Steam rooms and saunas are similar in some respects. They both generate heat, ease muscle tension, and promote relaxation. The key difference between the two is that steam rooms generate moist heat, while saunas generate mostly dry heat.
How they Work
A steam room or steam-heated sauna is fitted with a steam-generating device that boils water and releases the steam into the air. These rooms are designed to be almost airtight and have minimal ventilation, which allows humidity to reach 100% while maintaining a temperature of around 110-120 degrees.
In a traditional dry-heat sauna, rocks are piled on top of a heating element. The element heats the rocks, which radiate that heat into the enclosed area, reaching temperatures of 150-200 degrees. Users have the option to generate some steam by pouring water over the rocks, but this method doesn't generate as much steam as a true steam-heated sauna. In addition, the sauna room is well-vented, so there's more fresh air and less humidity than in a steam room.
Then there's the infrared sauna, which also produces dry heat. Instead of rocks, however, infrared heaters emit radiant heat into the enclosed sauna room.
Which is Better for Your Health?
Both steam rooms and saunas generate heat that promotes relaxation, eases muscle aches and strains, and helps cleanse the skin by opening the pores and encouraging deep sweating. Whether dry or moist heat is involved, heat baths do also temporarily lower your blood pressure and heart rate. This is because the heat causes blood vessels to dilate, which allows blood to flow more freely.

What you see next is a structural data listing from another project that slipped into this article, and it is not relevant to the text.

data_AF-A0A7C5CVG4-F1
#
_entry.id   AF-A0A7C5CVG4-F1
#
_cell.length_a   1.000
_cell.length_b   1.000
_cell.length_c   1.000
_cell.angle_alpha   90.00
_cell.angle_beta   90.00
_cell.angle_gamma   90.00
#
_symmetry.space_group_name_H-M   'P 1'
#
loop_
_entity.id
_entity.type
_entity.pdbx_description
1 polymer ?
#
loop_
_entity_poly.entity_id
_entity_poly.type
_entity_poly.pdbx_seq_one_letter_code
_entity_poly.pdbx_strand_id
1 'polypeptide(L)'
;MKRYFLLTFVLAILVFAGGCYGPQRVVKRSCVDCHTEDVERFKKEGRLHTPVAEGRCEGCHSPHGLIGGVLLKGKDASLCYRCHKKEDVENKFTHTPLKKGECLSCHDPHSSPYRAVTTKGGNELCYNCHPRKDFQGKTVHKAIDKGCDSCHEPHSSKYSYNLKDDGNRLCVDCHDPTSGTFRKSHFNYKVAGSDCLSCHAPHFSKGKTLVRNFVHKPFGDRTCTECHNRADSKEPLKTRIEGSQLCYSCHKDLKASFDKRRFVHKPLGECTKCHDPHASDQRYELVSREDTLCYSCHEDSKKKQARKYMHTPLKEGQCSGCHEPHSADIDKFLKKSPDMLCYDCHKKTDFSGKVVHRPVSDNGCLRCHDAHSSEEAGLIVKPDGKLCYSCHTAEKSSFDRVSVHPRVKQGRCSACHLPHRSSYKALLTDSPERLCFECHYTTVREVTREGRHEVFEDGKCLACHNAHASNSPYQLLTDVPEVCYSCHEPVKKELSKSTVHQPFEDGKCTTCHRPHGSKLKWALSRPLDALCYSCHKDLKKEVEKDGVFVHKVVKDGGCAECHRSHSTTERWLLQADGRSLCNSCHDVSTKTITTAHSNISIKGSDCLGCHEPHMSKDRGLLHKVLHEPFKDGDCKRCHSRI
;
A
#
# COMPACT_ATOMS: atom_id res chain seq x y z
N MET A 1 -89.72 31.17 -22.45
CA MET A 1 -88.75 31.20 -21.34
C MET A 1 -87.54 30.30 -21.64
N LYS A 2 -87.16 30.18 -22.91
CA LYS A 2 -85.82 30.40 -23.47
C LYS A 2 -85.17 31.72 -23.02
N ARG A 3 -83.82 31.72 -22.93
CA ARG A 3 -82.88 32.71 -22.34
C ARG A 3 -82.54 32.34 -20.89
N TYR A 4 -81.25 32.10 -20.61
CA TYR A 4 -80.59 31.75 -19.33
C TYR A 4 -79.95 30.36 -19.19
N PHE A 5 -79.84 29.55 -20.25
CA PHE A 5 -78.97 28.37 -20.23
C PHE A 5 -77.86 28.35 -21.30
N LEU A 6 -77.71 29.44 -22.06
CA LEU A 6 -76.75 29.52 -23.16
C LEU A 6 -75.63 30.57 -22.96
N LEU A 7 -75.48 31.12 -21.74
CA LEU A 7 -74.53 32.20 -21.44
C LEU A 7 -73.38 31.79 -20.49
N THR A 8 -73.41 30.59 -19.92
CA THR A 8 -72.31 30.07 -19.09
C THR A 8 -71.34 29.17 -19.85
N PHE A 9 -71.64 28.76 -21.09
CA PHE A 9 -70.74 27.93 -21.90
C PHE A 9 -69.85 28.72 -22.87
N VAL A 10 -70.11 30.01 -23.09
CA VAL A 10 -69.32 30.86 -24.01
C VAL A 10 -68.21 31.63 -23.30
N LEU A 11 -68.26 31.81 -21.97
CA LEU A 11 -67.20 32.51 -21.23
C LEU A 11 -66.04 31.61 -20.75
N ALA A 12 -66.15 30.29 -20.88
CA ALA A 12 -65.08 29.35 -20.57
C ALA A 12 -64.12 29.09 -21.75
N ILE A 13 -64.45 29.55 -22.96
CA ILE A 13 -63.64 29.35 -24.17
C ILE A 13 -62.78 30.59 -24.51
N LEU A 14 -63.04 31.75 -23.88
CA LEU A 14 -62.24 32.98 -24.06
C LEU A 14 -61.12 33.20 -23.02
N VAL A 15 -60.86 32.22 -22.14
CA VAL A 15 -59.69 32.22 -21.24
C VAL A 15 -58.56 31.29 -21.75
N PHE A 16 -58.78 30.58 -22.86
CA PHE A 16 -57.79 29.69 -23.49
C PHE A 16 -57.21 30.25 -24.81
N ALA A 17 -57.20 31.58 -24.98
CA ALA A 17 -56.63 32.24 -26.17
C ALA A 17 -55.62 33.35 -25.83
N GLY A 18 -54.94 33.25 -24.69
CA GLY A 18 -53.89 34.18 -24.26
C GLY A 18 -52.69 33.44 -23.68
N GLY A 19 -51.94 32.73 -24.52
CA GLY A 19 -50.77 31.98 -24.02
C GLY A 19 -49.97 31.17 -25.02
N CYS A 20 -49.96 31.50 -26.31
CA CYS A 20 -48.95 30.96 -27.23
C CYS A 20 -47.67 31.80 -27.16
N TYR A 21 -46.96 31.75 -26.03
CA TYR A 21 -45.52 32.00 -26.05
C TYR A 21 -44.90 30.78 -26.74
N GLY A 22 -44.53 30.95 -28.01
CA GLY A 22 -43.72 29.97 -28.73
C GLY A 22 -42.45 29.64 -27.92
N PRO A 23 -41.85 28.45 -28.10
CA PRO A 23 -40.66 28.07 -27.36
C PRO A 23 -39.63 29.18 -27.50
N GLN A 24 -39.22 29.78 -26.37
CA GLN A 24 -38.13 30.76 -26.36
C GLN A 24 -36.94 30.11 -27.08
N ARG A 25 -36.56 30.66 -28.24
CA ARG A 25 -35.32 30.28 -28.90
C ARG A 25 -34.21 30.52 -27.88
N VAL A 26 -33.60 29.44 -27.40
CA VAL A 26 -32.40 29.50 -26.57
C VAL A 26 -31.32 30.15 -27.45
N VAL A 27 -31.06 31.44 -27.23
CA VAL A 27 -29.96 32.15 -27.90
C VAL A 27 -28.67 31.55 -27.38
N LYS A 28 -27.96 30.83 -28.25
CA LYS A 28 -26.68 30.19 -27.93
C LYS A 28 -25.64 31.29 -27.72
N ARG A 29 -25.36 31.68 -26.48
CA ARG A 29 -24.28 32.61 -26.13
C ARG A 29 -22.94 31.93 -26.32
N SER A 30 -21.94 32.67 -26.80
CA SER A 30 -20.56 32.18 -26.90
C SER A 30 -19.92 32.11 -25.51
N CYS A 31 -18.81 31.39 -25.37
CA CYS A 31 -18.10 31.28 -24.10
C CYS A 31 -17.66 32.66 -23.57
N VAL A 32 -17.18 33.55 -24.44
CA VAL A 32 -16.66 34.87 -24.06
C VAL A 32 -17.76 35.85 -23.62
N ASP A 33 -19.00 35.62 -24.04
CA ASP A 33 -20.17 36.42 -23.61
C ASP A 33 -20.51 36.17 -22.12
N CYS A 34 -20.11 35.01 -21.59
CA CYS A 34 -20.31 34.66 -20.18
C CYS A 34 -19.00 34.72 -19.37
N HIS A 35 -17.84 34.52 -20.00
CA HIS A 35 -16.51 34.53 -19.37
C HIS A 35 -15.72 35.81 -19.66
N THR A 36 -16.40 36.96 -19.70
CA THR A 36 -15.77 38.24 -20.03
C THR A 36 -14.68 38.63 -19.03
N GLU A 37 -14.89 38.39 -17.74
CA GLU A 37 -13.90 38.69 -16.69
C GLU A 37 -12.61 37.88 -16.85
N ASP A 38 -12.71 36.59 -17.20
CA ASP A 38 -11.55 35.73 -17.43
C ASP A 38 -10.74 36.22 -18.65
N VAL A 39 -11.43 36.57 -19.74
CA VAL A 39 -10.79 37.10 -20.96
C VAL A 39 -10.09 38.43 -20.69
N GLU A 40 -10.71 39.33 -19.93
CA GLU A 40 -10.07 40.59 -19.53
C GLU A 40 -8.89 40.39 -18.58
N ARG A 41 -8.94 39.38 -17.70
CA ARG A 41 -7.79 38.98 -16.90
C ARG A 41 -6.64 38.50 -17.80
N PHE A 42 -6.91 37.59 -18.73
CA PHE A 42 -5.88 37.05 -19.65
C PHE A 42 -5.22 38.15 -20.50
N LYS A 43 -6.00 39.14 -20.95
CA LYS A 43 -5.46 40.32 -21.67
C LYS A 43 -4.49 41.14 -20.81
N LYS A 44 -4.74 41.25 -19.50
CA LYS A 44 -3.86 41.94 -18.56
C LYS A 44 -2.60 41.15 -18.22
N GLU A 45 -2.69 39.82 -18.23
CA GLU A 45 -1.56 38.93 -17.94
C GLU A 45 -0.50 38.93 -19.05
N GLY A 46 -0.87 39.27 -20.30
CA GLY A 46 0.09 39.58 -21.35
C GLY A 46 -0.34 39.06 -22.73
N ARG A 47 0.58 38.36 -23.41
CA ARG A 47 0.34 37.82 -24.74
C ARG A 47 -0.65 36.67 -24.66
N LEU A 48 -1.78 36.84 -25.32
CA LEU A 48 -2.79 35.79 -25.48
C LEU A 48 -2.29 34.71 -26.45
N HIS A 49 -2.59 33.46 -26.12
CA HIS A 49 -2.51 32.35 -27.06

The moist heat of a steam room can help ease congestion and promote easier breathing, helping to relieve symptoms of conditions such as chronic sinusitis. On the other hand, people with asthma often find that steam heat irritates the lungs, and that they benefit more from using a sauna.
Some advocates of infrared saunas say they promote greater levels of toxin release via sweating, but there is no scientific evidence to back up this claim, nor that heat baths promote toxin release at all. In general, the health benefits of both kinds of sauna can be considered equivalent.
Ease of Installation
Both home saunas and home steam rooms can be purchased as kit or prefab units at comparable prices. However, steam rooms do have more stringent installation requirements, and some are more difficult to install. This is because the moist heat they generate condenses into water, and so the room needs a drainage system to allow that water to drain away. Another factor is that the consistently high levels of moisture strongly promote the growth of bacteria and fungi, so sanitation is an important and ongoing concern.
Saunas require access to ventilation to allow for air circulation and release of the small amount of moisture they generate, but they don't need access to drainage. This means it's generally easier to install and find space for a home sauna, as there's no need to connect to an existing drainage system.
One of the simplest sauna systems to assemble is the infrared sauna tent, which is a simple canvas tent erected around a wooden frame, within which is contained seating and infrared lights.
The Bottom Line
While there are some key differences between saunas and steam rooms, the choice comes down to basic considerations such as convenience and personal preference. Some people love the humidity of a true steam room, and others prefer the drier heat of a sauna.